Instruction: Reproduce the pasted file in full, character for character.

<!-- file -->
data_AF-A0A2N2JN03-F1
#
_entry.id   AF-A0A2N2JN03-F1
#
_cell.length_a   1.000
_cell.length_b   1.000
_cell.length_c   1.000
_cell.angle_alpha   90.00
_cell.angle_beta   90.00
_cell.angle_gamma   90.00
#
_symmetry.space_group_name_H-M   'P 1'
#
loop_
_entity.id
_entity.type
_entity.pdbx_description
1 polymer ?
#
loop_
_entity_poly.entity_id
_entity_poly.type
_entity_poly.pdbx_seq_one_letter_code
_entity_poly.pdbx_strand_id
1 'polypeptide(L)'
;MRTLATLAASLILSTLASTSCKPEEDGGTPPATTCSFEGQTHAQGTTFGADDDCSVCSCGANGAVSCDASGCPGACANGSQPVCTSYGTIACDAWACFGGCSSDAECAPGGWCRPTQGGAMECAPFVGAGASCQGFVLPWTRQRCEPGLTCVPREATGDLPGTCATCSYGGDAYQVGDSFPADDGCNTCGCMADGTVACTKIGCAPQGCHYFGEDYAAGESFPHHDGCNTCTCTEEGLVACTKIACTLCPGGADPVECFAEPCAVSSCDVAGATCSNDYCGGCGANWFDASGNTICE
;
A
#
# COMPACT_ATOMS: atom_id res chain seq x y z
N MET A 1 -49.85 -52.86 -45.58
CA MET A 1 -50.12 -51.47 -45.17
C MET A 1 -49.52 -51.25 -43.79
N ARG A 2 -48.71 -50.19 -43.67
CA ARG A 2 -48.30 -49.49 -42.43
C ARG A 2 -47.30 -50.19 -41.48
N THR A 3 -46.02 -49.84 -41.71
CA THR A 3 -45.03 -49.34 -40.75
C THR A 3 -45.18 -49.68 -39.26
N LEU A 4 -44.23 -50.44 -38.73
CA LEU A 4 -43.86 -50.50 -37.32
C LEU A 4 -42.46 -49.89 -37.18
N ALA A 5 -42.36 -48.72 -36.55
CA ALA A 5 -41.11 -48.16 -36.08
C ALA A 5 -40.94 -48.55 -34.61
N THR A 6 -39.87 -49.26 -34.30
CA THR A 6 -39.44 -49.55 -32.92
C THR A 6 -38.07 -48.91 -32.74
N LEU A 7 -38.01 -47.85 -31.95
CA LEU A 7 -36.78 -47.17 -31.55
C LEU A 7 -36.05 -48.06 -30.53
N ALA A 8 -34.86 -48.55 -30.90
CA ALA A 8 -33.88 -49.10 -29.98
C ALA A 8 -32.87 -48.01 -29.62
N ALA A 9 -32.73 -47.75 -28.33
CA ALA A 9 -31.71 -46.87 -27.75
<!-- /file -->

data_AF-A0A2N2JN03-F1
#
_entry.id   AF-A0A2N2JN03-F1
#
_cell.length_a   1.000
_cell.length_b   1.000
_cell.length_c   1.000
_cell.angle_alpha   90.00
_cell.angle_beta   90.00
_cell.angle_gamma   90.00
#
_symmetry.space_group_name_H-M   'P 1'
#
loop_
_entity.id
_entity.type
_entity.pdbx_description
1 polymer ?
#
loop_
_entity_poly.entity_id
_entity_poly.type
_entity_poly.pdbx_seq_one_letter_code
_entity_poly.pdbx_strand_id
1 'polypeptide(L)'
;MRTLATLAASLILSTLASTSCKPEEDGGTPPATTCSFEGQTHAQGTTFGADDDCSVCSCGANGAVSCDASGCPGACANGSQPVCTSYGTIACDAWACFGGCSSDAECAPGGWCRPTQGGAMECAPFVGAGASCQGFVLPWTRQRCEPGLTCVPREATGDLPGTCATCSYGGDAYQVGDSFPADDGCNTCGCMADGTVACTKIGCAPQGCHYFGEDYAAGESFPHHDGCNTCTCTEEGLVACTKIACTLCPGGADPVECFAEPCAVSSCDVAGATCSNDYCGGCGANWFDASGNTICE
;
A
#
# COMPACT_ATOMS: atom_id res chain seq x y z
N MET A 1 -49.85 -52.86 -45.58
CA MET A 1 -50.12 -51.47 -45.17
C MET A 1 -49.52 -51.25 -43.79
N ARG A 2 -48.71 -50.19 -43.67
CA ARG A 2 -48.30 -49.49 -42.43
C ARG A 2 -47.30 -50.19 -41.48
N THR A 3 -46.02 -49.84 -41.71
CA THR A 3 -45.03 -49.34 -40.75
C THR A 3 -45.18 -49.68 -39.26
N LEU A 4 -44.23 -50.44 -38.73
CA LEU A 4 -43.86 -50.50 -37.32
C LEU A 4 -42.46 -49.89 -37.18
N ALA A 5 -42.36 -48.72 -36.55
CA ALA A 5 -41.11 -48.16 -36.08
C ALA A 5 -40.94 -48.55 -34.61
N THR A 6 -39.87 -49.26 -34.30
CA THR A 6 -39.44 -49.55 -32.92
C THR A 6 -38.07 -48.91 -32.74
N LEU A 7 -38.01 -47.85 -31.95
CA LEU A 7 -36.78 -47.17 -31.55
C LEU A 7 -36.05 -48.06 -30.53
N ALA A 8 -34.86 -48.55 -30.90
CA ALA A 8 -33.88 -49.10 -29.98
C ALA A 8 -32.87 -48.01 -29.62
N ALA A 9 -32.73 -47.75 -28.33
CA ALA A 9 -31.71 -46.87 -27.75